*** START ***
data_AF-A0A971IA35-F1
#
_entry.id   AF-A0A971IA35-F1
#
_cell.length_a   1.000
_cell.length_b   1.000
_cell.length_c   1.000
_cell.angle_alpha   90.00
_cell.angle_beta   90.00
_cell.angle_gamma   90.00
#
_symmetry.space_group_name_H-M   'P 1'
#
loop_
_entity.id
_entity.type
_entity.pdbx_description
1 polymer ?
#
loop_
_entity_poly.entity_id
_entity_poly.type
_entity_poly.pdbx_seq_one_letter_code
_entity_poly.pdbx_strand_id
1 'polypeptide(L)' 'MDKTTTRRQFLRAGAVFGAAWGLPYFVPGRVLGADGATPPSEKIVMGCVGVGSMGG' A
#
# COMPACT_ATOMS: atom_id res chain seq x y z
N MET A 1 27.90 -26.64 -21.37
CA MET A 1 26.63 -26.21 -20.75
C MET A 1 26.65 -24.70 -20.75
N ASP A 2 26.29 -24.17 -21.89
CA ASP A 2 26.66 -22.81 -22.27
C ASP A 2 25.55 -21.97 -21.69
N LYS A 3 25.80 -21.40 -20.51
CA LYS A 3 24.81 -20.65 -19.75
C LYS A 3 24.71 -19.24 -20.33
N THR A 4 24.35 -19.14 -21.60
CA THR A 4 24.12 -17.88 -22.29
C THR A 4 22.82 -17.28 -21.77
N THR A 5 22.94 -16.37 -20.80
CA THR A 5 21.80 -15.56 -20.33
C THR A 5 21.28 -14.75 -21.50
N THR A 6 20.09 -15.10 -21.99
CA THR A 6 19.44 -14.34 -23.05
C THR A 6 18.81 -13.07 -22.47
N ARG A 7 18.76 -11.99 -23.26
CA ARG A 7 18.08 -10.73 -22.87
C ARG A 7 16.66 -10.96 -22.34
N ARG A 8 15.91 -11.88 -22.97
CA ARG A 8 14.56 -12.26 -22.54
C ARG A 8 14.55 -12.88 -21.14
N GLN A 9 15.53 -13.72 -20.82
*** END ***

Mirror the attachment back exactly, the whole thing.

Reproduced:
data_AF-A0A971IA35-F1
#
_entry.id   AF-A0A971IA35-F1
#
_cell.length_a   1.000
_cell.length_b   1.000
_cell.length_c   1.000
_cell.angle_alpha   90.00
_cell.angle_beta   90.00
_cell.angle_gamma   90.00
#
_symmetry.space_group_name_H-M   'P 1'
#
loop_
_entity.id
_entity.type
_entity.pdbx_description
1 polymer ?
#
loop_
_entity_poly.entity_id
_entity_poly.type
_entity_poly.pdbx_seq_one_letter_code
_entity_poly.pdbx_strand_id
1 'polypeptide(L)' 'MDKTTTRRQFLRAGAVFGAAWGLPYFVPGRVLGADGATPPSEKIVMGCVGVGSMGG' A
#
# COMPACT_ATOMS: atom_id res chain seq x y z
N MET A 1 27.90 -26.64 -21.37
CA MET A 1 26.63 -26.21 -20.75
C MET A 1 26.65 -24.70 -20.75
N ASP A 2 26.29 -24.17 -21.89
CA ASP A 2 26.66 -22.81 -22.27
C ASP A 2 25.55 -21.97 -21.69
N LYS A 3 25.80 -21.40 -20.51
CA LYS A 3 24.81 -20.65 -19.75
C LYS A 3 24.71 -19.24 -20.33
N THR A 4 24.35 -19.14 -21.60
CA THR A 4 24.12 -17.88 -22.29
C THR A 4 22.82 -17.28 -21.77
N THR A 5 22.94 -16.37 -20.80
CA THR A 5 21.80 -15.56 -20.33
C THR A 5 21.28 -14.75 -21.50
N THR A 6 20.09 -15.10 -21.99
CA THR A 6 19.44 -14.34 -23.05
C THR A 6 18.81 -13.07 -22.47
N ARG A 7 18.76 -11.99 -23.26
CA ARG A 7 18.08 -10.73 -22.87
C ARG A 7 16.66 -10.96 -22.34
N ARG A 8 15.91 -11.88 -22.97
CA ARG A 8 14.56 -12.26 -22.54
C ARG A 8 14.55 -12.88 -21.14
N GLN A 9 15.53 -13.72 -20.82